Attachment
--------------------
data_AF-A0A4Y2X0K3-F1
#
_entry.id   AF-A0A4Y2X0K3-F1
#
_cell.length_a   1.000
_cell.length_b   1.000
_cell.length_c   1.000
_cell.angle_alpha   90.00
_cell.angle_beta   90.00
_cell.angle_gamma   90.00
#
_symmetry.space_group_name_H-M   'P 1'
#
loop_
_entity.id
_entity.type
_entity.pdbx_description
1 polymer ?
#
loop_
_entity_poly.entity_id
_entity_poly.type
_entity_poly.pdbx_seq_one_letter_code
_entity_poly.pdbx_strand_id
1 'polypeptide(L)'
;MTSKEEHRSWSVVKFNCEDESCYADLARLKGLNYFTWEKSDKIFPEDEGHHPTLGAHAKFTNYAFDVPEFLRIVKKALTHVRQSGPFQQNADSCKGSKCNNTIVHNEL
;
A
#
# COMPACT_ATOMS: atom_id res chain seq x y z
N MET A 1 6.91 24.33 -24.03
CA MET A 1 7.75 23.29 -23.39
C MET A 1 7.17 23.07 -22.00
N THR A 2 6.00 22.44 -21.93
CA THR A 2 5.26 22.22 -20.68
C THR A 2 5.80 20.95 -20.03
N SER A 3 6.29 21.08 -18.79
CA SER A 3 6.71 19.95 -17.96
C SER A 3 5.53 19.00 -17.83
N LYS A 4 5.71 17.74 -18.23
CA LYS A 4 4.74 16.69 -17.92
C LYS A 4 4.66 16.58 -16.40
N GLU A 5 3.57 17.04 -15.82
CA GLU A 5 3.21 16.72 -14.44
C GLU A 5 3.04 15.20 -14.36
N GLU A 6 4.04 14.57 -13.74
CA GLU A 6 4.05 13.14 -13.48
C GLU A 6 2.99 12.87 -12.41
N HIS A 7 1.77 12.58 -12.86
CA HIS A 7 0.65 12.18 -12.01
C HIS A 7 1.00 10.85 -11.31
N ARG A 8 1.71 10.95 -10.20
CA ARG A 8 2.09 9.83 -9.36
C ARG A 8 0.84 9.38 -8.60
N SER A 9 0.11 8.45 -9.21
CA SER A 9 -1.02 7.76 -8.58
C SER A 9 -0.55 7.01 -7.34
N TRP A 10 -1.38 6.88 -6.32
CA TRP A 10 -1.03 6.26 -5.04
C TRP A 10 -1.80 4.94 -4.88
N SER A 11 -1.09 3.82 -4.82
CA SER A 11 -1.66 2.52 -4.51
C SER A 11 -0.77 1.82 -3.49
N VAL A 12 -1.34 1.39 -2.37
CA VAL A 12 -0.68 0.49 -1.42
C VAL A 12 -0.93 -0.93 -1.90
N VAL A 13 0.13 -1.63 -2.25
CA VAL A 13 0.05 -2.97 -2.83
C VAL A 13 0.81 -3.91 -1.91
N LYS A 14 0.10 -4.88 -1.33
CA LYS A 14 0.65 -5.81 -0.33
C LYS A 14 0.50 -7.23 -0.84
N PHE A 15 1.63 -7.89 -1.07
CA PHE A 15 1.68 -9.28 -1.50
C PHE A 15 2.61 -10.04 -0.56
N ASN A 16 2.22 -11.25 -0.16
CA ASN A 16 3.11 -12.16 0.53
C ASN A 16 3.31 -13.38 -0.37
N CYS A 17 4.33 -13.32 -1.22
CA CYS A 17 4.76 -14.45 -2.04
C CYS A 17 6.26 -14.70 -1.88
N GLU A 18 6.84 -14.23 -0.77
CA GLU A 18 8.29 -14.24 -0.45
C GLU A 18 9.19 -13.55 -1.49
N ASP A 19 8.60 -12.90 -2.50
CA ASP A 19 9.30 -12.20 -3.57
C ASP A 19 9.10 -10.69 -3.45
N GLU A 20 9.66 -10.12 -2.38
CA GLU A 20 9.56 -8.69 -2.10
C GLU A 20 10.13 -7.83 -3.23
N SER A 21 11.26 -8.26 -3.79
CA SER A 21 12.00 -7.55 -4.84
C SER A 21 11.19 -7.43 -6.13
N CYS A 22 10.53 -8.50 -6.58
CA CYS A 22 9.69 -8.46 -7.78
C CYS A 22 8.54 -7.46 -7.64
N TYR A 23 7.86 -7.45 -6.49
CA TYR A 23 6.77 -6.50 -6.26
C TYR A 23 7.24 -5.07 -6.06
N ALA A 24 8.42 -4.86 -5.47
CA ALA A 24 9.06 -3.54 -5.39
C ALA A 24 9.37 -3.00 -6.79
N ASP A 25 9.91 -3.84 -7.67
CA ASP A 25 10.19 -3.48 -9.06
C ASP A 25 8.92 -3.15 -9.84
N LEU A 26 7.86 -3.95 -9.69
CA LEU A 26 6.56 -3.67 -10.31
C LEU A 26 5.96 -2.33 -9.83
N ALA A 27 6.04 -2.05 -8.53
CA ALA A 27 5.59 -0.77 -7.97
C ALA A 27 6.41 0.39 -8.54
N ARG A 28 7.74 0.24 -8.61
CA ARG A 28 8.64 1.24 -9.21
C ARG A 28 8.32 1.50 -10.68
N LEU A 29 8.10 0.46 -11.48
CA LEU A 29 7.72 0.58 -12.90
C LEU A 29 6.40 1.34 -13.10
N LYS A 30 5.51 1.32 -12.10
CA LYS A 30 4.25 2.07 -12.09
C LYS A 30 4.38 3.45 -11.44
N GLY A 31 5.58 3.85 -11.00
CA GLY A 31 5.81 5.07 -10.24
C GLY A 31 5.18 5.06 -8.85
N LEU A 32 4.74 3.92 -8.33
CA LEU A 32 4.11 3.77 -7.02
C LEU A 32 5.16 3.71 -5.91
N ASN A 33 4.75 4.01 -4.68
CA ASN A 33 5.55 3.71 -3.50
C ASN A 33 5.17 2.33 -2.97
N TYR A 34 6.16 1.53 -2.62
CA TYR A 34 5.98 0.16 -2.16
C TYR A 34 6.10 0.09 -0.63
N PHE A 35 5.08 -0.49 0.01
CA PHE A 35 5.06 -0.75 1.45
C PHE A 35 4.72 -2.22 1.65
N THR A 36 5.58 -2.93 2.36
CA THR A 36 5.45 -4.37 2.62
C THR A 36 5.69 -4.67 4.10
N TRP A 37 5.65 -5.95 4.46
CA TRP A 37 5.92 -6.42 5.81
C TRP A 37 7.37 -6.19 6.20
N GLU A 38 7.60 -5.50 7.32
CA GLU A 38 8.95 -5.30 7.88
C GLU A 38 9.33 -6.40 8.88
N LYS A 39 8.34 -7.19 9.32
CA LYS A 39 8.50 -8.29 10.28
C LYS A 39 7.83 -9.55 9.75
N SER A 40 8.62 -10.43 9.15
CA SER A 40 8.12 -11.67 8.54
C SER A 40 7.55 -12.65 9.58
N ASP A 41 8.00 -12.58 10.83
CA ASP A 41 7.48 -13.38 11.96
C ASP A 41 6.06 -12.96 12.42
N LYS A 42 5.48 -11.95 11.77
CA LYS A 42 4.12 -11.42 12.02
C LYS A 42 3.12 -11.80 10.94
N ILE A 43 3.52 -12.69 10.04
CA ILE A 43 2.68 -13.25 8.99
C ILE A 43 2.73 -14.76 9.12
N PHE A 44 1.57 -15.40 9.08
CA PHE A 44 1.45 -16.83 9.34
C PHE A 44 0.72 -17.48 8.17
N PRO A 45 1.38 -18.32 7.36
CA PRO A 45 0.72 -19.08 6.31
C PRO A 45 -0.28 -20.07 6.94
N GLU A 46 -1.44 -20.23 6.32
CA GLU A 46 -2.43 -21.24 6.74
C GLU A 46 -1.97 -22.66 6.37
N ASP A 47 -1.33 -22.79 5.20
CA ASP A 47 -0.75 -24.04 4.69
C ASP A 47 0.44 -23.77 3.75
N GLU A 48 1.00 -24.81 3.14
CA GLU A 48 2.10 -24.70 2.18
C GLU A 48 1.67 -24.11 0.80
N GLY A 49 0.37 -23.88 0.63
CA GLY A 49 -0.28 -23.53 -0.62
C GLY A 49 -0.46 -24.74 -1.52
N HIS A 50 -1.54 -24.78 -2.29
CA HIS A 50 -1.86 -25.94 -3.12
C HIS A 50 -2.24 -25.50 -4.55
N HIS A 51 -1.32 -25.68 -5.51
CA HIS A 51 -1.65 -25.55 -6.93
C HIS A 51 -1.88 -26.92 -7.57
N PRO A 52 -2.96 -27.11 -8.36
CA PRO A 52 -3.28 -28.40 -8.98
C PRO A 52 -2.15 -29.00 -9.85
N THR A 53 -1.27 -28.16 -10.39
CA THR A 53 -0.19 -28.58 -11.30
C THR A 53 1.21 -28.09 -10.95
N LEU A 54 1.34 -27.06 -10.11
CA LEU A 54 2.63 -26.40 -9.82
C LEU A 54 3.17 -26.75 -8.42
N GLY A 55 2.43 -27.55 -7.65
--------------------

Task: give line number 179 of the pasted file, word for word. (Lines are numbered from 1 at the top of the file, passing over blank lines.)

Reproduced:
CA HIS A 50 -1.86 -25.94 -3.12